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Clinical characteristics of nail lichen planus and follow-up: A descriptive study of 28 patients

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Clinical characteristics of nail lichen planus and follow-up: A descriptive study of 26 patients

S.Capatas , F.Hali, K.Baline , S.Chiheb

Department of dermatology and venereology –HUC Ibn Rochd  Casablanca



Nail lichen planus (NLP) occurs in 10% of patients with disseminated disease but it can also occur in isolation. The outcome of treatment is usually disappointing and data about its long-term prognosis are lacking.The study aim is to study clinical features, response to treatment and follow-up of a series of 28 patients with NLP.


 A descriptive study was conducted of 28 patients with histologically confirmed NLP seen at consultations for nail disorders between September 2009 and August 2016.



The mean age was 31,5  years (8—65 years) with no gender preponderance. Forty three of  patients    were children. Stress was an evident triggering factor in 14% of patients. The mean duration was around 32 months (2months to 10 years). Only 18% of patients had extra-ungual lesions. All 20 nails were affected in 50% of patients. Nail matrix involvement was observed in 71 % of cases (Figure a, b) and 39% had nail-bed involvement. Six  patients (21%) were presenting severe involvement such as pterygium (Figure e,c) or anonychia. Intramuscular corticos-teroids were given to 15 patients. In 43% of patients, the NLP was limited or regressed rapidly from the third injection. The average follow-up was 18 months.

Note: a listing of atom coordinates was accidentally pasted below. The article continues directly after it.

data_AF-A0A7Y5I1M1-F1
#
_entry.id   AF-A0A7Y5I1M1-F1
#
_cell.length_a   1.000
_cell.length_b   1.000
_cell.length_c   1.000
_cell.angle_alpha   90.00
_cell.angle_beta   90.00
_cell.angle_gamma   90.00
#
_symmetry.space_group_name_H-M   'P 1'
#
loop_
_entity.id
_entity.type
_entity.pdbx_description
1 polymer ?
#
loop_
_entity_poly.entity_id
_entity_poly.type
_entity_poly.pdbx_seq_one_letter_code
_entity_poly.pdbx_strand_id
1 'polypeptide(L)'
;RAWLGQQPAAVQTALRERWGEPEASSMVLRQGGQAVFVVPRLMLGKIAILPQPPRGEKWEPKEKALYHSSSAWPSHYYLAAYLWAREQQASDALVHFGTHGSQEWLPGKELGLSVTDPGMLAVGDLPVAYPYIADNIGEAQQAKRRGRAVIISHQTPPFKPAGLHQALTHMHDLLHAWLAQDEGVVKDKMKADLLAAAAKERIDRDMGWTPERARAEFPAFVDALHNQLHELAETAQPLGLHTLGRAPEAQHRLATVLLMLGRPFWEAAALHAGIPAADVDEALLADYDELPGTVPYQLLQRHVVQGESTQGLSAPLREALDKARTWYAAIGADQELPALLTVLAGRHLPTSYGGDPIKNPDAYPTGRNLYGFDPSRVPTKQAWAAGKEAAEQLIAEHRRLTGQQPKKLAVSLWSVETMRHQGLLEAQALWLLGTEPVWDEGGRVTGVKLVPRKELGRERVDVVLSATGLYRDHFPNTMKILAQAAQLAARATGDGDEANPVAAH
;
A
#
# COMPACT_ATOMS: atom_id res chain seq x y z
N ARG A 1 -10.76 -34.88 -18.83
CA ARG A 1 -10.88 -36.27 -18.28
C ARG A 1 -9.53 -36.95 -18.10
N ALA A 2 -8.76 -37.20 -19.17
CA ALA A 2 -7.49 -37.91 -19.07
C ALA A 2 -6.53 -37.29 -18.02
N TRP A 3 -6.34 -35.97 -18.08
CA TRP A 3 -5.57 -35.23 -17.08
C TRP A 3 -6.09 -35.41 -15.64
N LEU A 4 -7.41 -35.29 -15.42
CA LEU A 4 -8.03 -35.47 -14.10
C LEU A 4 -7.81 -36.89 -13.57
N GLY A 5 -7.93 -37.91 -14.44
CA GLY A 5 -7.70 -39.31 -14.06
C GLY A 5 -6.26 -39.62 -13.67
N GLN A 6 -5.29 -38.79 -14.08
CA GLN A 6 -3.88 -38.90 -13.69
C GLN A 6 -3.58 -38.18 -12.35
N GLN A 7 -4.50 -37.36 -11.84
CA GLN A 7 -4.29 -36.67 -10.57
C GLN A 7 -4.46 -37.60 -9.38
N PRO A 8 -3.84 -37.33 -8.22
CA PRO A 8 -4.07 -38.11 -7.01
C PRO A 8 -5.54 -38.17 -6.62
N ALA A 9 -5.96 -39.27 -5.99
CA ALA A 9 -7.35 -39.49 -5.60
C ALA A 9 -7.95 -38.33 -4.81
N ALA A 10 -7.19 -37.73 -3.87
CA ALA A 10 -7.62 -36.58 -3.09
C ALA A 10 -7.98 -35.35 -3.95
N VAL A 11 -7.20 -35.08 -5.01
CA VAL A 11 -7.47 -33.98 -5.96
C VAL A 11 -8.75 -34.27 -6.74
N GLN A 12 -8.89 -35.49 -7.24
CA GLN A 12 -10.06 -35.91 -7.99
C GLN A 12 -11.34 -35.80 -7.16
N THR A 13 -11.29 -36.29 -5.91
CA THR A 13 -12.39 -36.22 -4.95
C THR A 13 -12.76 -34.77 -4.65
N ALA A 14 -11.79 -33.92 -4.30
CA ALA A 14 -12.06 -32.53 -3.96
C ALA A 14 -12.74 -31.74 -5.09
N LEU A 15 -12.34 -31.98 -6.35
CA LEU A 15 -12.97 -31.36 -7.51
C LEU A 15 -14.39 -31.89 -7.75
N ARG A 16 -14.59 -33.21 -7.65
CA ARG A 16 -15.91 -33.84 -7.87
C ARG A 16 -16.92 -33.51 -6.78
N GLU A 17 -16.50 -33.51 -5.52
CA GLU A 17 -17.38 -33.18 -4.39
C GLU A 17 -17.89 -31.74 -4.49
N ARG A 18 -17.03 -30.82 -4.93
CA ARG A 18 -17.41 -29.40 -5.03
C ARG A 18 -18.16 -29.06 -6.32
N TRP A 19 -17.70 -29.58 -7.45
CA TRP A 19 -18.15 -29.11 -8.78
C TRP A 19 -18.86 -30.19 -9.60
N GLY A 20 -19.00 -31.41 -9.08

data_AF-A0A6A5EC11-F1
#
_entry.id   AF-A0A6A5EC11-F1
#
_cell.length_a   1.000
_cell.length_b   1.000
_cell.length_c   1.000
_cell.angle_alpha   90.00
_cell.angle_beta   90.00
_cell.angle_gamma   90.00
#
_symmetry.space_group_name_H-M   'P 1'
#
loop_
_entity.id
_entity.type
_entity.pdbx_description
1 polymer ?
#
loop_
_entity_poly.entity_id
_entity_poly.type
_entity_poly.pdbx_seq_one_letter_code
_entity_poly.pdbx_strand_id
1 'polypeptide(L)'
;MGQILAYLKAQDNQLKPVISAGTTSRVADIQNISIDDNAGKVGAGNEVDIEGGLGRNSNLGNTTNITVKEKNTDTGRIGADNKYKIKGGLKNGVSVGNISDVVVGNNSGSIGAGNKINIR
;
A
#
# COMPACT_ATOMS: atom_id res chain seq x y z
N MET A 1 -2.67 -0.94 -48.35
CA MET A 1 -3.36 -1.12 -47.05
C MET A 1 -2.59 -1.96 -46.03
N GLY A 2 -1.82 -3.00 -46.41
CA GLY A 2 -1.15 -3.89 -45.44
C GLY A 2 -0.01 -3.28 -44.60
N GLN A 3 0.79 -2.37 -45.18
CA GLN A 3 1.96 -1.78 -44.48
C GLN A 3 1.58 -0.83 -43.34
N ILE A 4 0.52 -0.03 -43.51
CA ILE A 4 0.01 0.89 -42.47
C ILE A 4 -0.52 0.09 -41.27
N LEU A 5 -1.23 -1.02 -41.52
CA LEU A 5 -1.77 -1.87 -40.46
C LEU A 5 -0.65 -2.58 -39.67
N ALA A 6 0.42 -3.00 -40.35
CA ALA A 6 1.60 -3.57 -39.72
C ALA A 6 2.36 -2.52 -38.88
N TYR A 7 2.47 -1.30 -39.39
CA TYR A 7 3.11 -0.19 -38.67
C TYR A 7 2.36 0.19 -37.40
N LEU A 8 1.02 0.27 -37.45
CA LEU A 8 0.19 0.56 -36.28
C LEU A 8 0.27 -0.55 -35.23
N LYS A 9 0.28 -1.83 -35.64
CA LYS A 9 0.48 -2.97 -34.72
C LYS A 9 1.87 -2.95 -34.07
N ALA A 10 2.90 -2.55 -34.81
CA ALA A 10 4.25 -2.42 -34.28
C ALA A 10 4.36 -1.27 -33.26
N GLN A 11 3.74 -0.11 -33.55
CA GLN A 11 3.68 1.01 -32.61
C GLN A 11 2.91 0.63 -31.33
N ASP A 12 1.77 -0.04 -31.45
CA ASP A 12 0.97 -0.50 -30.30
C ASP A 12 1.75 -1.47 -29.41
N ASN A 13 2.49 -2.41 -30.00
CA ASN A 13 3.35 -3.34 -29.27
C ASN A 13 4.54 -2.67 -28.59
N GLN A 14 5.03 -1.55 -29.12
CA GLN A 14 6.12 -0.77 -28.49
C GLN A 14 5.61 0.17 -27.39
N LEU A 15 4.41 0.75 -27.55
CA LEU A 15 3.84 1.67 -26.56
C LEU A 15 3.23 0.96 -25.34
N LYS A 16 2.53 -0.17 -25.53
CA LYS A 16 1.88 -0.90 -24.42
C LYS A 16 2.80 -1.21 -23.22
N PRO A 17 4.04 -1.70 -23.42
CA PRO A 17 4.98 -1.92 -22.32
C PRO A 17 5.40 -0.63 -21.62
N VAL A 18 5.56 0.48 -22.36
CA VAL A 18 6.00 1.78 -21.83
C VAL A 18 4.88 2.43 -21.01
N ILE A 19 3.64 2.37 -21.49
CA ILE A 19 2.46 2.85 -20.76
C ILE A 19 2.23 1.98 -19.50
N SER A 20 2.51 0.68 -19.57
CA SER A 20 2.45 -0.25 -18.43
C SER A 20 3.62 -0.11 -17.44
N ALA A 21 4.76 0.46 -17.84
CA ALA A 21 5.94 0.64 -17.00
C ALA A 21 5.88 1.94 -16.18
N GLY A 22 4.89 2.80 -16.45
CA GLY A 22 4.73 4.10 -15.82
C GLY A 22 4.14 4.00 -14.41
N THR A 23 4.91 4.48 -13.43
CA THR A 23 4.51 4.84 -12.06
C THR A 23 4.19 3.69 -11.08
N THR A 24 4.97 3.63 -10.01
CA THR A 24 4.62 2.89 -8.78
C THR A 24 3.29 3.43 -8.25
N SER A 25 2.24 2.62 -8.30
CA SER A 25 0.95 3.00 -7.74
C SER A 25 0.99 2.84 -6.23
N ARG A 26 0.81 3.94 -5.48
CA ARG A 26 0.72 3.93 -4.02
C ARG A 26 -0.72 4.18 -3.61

The clinical signs of the NLP are very suggestive but The nail biopsy is essential to confirm the diagnosis, especially before treatment .The nail biopsy was carried out  in all our patients with good patient cooperation,even if  40% of them were children. There is no therapeutic consensus NLP . Different therapeutic modalities are reported [1-2]. Intralesional or systemic steroids are treatments of choice, allowing a total or subtotal lesions [3]. Relapse after remission is However possible. Piraccini et al. [4] reported, on a series of 75 patients, two thirds of favorable responses after 5 to 7 months of treatment with systemic steroids, but with a relapse in 60% of patients, mainly in the first year after treatment. All our patients treated with intramuscular injections of steroids have evolved well, without recurrence after 18 months of average decline.

 Our study highlights the frequency of paediatric forms and of often aesthetically unacceptable nail scarring.


Early diagnosis of NLP, notably in children, would allow initiation of adequate treatment that could perhaps limit the risk of such sequelae.


[1] Evans AV, Roest MA, Fletcher CL, Lister R, Hay RJ. Isolated lichen planus of the toe nails treated with oral prednisolone. Clin Exp Dermatol 2001;26:412—4. [2] Prevost NM, English 3rd JC. Palliative treatment of fingernail lichen planus. J Drugs Dermatol 2007;6:202—4.

[3] Grover C, Bansal S, Nanda S, Reddy BS. Efficacy of triamcinolone acetonide in various acquired nail dystrophies. J Dermatol 2005;32:963—8.

[4] Piraccini BM, Saccani E, Starace M, Balestri R, Tosti A. Nail lichen planus: response to treatment and long-term follow-up. Eur J Dermatol 2010;20:489—96.


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